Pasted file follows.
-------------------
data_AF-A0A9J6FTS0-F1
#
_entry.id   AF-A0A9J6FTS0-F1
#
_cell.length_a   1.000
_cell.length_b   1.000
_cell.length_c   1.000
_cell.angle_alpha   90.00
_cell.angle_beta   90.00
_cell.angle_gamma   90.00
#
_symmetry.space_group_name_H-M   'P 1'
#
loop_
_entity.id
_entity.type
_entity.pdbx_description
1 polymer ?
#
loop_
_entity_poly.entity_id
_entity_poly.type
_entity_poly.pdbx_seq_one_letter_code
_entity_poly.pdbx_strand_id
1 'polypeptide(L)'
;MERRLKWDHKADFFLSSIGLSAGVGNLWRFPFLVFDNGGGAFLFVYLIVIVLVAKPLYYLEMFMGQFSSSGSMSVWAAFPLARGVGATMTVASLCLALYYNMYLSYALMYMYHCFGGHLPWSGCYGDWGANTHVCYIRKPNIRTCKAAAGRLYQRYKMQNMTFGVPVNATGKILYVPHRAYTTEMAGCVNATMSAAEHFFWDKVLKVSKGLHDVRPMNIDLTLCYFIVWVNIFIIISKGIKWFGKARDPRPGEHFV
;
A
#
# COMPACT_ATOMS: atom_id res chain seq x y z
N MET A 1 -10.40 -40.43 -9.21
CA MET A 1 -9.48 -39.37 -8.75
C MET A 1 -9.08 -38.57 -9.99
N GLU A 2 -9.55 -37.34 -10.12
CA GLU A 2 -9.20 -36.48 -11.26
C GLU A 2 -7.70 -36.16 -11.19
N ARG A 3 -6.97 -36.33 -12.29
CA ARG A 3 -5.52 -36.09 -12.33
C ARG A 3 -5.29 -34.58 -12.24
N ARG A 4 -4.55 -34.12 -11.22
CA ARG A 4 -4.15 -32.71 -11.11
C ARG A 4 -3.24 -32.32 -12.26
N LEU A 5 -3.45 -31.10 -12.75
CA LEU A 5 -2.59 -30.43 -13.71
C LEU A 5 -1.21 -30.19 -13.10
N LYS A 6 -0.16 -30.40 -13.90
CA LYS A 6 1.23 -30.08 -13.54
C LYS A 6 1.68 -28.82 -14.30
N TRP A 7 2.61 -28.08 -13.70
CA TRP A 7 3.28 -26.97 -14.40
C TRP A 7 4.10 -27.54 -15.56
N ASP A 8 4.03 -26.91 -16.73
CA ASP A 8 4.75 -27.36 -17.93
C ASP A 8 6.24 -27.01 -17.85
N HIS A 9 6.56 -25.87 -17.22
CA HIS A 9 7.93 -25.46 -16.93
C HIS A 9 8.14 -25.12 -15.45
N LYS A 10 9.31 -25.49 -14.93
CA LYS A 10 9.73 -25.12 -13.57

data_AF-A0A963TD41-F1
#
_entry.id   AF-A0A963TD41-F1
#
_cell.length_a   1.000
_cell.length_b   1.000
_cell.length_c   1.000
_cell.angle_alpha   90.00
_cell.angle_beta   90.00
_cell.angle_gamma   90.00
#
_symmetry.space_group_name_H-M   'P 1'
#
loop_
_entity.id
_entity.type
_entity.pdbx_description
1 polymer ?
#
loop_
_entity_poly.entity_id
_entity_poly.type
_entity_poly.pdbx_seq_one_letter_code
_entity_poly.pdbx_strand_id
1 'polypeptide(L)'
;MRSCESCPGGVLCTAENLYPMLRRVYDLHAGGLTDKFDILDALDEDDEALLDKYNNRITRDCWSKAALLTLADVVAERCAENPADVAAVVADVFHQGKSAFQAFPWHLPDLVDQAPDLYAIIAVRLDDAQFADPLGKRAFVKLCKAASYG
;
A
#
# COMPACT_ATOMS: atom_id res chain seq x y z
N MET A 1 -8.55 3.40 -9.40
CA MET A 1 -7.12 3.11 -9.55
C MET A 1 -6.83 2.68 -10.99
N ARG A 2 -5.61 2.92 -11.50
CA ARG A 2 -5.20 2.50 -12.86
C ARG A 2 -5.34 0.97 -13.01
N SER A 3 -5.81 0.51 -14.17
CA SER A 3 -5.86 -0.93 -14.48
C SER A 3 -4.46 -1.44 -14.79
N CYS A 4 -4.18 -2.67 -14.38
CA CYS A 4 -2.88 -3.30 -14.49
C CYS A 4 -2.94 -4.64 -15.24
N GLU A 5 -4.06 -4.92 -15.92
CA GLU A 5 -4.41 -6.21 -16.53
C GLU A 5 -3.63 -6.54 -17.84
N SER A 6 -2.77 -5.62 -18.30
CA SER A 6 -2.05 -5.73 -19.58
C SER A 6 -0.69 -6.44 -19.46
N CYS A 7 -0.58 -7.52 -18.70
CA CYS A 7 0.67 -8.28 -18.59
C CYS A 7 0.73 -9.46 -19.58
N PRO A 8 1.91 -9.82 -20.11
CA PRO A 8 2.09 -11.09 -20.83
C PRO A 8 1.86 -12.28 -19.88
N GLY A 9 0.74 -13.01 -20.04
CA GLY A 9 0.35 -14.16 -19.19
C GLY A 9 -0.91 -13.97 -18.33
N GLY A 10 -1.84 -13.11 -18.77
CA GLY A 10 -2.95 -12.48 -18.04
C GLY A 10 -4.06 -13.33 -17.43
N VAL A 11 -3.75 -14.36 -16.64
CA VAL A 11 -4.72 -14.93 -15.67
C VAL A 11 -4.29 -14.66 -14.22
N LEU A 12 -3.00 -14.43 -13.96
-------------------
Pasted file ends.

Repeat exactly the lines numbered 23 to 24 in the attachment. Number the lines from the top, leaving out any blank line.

_entity_poly.pdbx_seq_one_letter_code
_entity_poly.pdbx_strand_id